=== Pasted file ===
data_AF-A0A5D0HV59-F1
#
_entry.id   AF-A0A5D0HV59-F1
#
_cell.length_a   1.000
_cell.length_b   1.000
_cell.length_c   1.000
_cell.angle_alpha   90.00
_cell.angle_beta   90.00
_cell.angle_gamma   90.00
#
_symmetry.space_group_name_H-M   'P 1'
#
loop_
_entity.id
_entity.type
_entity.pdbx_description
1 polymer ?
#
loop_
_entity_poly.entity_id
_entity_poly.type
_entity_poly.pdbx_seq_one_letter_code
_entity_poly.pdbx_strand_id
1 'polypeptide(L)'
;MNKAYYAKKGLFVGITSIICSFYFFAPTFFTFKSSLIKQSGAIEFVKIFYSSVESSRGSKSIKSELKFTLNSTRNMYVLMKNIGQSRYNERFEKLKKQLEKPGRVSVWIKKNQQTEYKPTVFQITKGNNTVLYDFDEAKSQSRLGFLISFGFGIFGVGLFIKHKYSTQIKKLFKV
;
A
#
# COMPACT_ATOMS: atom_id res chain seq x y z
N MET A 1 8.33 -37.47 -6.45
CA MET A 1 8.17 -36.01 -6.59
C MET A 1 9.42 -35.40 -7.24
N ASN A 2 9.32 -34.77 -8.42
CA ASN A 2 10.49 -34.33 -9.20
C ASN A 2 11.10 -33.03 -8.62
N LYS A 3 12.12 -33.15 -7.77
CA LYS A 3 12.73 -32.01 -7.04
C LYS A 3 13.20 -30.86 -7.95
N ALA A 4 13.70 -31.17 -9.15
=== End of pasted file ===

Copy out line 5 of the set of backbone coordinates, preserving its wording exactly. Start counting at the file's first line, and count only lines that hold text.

_cell.length_a   1.000